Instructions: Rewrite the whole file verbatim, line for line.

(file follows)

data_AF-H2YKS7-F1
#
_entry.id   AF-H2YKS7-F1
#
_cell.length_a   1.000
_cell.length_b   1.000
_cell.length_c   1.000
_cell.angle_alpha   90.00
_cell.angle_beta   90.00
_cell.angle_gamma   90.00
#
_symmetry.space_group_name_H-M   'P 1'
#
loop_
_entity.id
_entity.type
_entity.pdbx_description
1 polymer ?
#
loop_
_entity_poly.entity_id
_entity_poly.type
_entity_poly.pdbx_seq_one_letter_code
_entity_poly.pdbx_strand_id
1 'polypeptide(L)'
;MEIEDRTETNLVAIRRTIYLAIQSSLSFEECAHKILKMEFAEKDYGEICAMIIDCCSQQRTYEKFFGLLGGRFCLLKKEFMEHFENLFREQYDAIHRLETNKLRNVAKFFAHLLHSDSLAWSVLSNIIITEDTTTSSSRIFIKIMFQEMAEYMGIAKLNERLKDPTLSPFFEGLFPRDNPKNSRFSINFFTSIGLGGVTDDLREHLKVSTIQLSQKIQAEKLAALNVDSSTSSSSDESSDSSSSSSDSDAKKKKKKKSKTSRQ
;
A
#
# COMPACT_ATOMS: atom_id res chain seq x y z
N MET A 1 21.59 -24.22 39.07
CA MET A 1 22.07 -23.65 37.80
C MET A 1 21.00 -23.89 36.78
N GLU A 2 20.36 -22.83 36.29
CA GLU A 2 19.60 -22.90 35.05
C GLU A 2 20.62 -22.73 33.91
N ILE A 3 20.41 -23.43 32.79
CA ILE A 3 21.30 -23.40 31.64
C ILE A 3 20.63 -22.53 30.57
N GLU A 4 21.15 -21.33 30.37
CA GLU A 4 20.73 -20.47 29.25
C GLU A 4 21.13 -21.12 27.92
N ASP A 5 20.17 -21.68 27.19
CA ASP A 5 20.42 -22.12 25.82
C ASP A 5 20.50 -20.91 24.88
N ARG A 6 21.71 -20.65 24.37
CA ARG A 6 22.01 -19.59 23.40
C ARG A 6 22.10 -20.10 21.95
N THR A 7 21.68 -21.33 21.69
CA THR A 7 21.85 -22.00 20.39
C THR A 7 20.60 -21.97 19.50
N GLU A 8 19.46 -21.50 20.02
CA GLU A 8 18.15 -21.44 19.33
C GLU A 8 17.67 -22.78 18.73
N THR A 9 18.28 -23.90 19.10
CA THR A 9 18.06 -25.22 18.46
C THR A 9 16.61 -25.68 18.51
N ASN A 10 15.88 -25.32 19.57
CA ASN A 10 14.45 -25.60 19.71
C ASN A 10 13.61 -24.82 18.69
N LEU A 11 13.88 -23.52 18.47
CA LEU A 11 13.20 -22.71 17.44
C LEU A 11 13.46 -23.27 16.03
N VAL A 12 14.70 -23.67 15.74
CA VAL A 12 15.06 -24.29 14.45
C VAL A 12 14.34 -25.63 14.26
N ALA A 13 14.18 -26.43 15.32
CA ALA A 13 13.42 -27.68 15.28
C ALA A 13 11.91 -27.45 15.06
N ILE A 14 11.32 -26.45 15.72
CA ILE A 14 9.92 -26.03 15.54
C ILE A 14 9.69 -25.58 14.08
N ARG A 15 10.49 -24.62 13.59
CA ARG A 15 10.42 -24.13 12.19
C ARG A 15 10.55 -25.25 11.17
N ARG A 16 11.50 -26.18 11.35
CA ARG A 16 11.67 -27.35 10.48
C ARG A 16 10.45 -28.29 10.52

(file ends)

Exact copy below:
data_AF-H2YKS7-F1
#
_entry.id   AF-H2YKS7-F1
#
_cell.length_a   1.000
_cell.length_b   1.000
_cell.length_c   1.000
_cell.angle_alpha   90.00
_cell.angle_beta   90.00
_cell.angle_gamma   90.00
#
_symmetry.space_group_name_H-M   'P 1'
#
loop_
_entity.id
_entity.type
_entity.pdbx_description
1 polymer ?
#
loop_
_entity_poly.entity_id
_entity_poly.type
_entity_poly.pdbx_seq_one_letter_code
_entity_poly.pdbx_strand_id
1 'polypeptide(L)'
;MEIEDRTETNLVAIRRTIYLAIQSSLSFEECAHKILKMEFAEKDYGEICAMIIDCCSQQRTYEKFFGLLGGRFCLLKKEFMEHFENLFREQYDAIHRLETNKLRNVAKFFAHLLHSDSLAWSVLSNIIITEDTTTSSSRIFIKIMFQEMAEYMGIAKLNERLKDPTLSPFFEGLFPRDNPKNSRFSINFFTSIGLGGVTDDLREHLKVSTIQLSQKIQAEKLAALNVDSSTSSSSDESSDSSSSSSDSDAKKKKKKKSKTSRQ
;
A
#
# COMPACT_ATOMS: atom_id res chain seq x y z
N MET A 1 21.59 -24.22 39.07
CA MET A 1 22.07 -23.65 37.80
C MET A 1 21.00 -23.89 36.78
N GLU A 2 20.36 -22.83 36.29
CA GLU A 2 19.60 -22.90 35.05
C GLU A 2 20.62 -22.73 33.91
N ILE A 3 20.41 -23.43 32.79
CA ILE A 3 21.30 -23.40 31.64
C ILE A 3 20.63 -22.53 30.57
N GLU A 4 21.15 -21.33 30.37
CA GLU A 4 20.73 -20.47 29.25
C GLU A 4 21.13 -21.12 27.92
N ASP A 5 20.17 -21.68 27.19
CA ASP A 5 20.42 -22.12 25.82
C ASP A 5 20.50 -20.91 24.88
N ARG A 6 21.71 -20.65 24.37
CA ARG A 6 22.01 -19.59 23.40
C ARG A 6 22.10 -20.10 21.95
N THR A 7 21.68 -21.33 21.69
CA THR A 7 21.85 -22.00 20.39
C THR A 7 20.60 -21.97 19.50
N GLU A 8 19.46 -21.50 20.02
CA GLU A 8 18.15 -21.44 19.33
C GLU A 8 17.67 -22.78 18.73
N THR A 9 18.28 -23.90 19.10
CA THR A 9 18.06 -25.22 18.46
C THR A 9 16.61 -25.68 18.51
N ASN A 10 15.88 -25.32 19.57
CA ASN A 10 14.45 -25.60 19.71
C ASN A 10 13.61 -24.82 18.69
N LEU A 11 13.88 -23.52 18.47
CA LEU A 11 13.20 -22.71 17.44
C LEU A 11 13.46 -23.27 16.03
N VAL A 12 14.70 -23.67 15.74
CA VAL A 12 15.06 -24.29 14.45
C VAL A 12 14.34 -25.63 14.26
N ALA A 13 14.18 -26.43 15.32
CA ALA A 13 13.42 -27.68 15.28
C ALA A 13 11.91 -27.45 15.06
N ILE A 14 11.32 -26.45 15.72
CA ILE A 14 9.92 -26.03 15.54
C ILE A 14 9.69 -25.58 14.08
N ARG A 15 10.49 -24.62 13.59
CA ARG A 15 10.42 -24.13 12.19
C ARG A 15 10.55 -25.25 11.17
N ARG A 16 11.50 -26.18 11.35
CA ARG A 16 11.67 -27.35 10.48
C ARG A 16 10.45 -28.29 10.52